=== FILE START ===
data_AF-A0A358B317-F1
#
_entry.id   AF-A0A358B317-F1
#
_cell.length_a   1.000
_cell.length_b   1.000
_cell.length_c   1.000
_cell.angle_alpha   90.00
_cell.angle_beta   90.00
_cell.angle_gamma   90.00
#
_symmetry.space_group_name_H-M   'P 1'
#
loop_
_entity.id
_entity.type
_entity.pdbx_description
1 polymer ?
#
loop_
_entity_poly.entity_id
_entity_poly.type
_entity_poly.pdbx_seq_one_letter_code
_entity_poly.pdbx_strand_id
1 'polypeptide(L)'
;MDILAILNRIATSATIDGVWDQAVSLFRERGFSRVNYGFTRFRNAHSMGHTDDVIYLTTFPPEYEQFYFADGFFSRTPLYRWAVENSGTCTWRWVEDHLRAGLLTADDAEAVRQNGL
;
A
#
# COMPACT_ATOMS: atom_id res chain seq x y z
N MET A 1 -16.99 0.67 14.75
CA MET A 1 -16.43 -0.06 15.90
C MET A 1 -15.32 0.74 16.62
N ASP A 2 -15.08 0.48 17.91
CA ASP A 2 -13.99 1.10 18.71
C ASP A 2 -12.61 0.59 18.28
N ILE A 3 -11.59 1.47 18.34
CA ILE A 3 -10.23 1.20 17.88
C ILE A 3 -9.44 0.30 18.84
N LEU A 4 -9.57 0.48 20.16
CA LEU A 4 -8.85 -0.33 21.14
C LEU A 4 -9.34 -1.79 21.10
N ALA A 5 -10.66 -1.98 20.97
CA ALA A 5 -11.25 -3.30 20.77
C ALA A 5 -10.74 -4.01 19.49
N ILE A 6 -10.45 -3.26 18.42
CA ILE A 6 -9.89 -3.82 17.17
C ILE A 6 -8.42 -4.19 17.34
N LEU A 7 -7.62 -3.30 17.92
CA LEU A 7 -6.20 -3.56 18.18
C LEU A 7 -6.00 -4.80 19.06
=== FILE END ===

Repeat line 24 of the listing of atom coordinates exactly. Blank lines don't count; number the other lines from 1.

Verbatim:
_entity_poly.pdbx_strand_id